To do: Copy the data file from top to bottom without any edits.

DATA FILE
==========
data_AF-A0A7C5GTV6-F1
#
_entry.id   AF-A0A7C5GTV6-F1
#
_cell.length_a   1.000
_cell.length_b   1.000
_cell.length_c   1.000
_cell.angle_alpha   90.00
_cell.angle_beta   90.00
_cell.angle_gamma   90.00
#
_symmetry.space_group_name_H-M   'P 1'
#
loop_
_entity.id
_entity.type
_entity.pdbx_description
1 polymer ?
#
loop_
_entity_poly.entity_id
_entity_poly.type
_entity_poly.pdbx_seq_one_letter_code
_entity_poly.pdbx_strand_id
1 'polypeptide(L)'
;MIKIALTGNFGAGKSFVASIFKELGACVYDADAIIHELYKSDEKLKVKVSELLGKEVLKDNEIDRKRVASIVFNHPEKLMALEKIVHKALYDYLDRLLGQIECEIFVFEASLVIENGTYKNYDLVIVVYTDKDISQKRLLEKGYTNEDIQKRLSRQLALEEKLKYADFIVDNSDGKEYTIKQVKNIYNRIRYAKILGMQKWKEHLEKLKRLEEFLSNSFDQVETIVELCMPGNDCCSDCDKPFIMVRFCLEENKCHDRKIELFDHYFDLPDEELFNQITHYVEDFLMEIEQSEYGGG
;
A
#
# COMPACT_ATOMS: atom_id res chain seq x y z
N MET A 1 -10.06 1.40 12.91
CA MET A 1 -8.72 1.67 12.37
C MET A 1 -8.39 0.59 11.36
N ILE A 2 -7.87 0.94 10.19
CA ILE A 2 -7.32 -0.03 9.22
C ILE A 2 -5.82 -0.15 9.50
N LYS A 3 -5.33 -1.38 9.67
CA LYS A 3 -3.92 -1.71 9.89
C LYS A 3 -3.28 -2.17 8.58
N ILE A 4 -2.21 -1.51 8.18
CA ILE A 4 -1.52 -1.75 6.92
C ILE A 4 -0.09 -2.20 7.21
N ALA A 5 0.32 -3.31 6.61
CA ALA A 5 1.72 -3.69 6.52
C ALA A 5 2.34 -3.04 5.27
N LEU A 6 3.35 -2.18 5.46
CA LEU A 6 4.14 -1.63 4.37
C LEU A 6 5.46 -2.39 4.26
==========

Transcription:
data_AF-A0A7C5GTV6-F1
#
_entry.id   AF-A0A7C5GTV6-F1
#
_cell.length_a   1.000
_cell.length_b   1.000
_cell.length_c   1.000
_cell.angle_alpha   90.00
_cell.angle_beta   90.00
_cell.angle_gamma   90.00
#
_symmetry.space_group_name_H-M   'P 1'
#
loop_
_entity.id
_entity.type
_entity.pdbx_description
1 polymer ?
#
loop_
_entity_poly.entity_id
_entity_poly.type
_entity_poly.pdbx_seq_one_letter_code
_entity_poly.pdbx_strand_id
1 'polypeptide(L)'
;MIKIALTGNFGAGKSFVASIFKELGACVYDADAIIHELYKSDEKLKVKVSELLGKEVLKDNEIDRKRVASIVFNHPEKLMALEKIVHKALYDYLDRLLGQIECEIFVFEASLVIENGTYKNYDLVIVVYTDKDISQKRLLEKGYTNEDIQKRLSRQLALEEKLKYADFIVDNSDGKEYTIKQVKNIYNRIRYAKILGMQKWKEHLEKLKRLEEFLSNSFDQVETIVELCMPGNDCCSDCDKPFIMVRFCLEENKCHDRKIELFDHYFDLPDEELFNQITHYVEDFLMEIEQSEYGGG
;
A
#
# COMPACT_ATOMS: atom_id res chain seq x y z
N MET A 1 -10.06 1.40 12.91
CA MET A 1 -8.72 1.67 12.37
C MET A 1 -8.39 0.59 11.36
N ILE A 2 -7.87 0.94 10.19
CA ILE A 2 -7.32 -0.03 9.22
C ILE A 2 -5.82 -0.15 9.50
N LYS A 3 -5.33 -1.38 9.67
CA LYS A 3 -3.92 -1.71 9.89
C LYS A 3 -3.28 -2.17 8.58
N ILE A 4 -2.21 -1.51 8.18
CA ILE A 4 -1.52 -1.75 6.92
C ILE A 4 -0.09 -2.20 7.21
N ALA A 5 0.32 -3.31 6.61
CA ALA A 5 1.72 -3.69 6.52
C ALA A 5 2.34 -3.04 5.27
N LEU A 6 3.35 -2.18 5.46
CA LEU A 6 4.14 -1.63 4.37
C LEU A 6 5.46 -2.39 4.26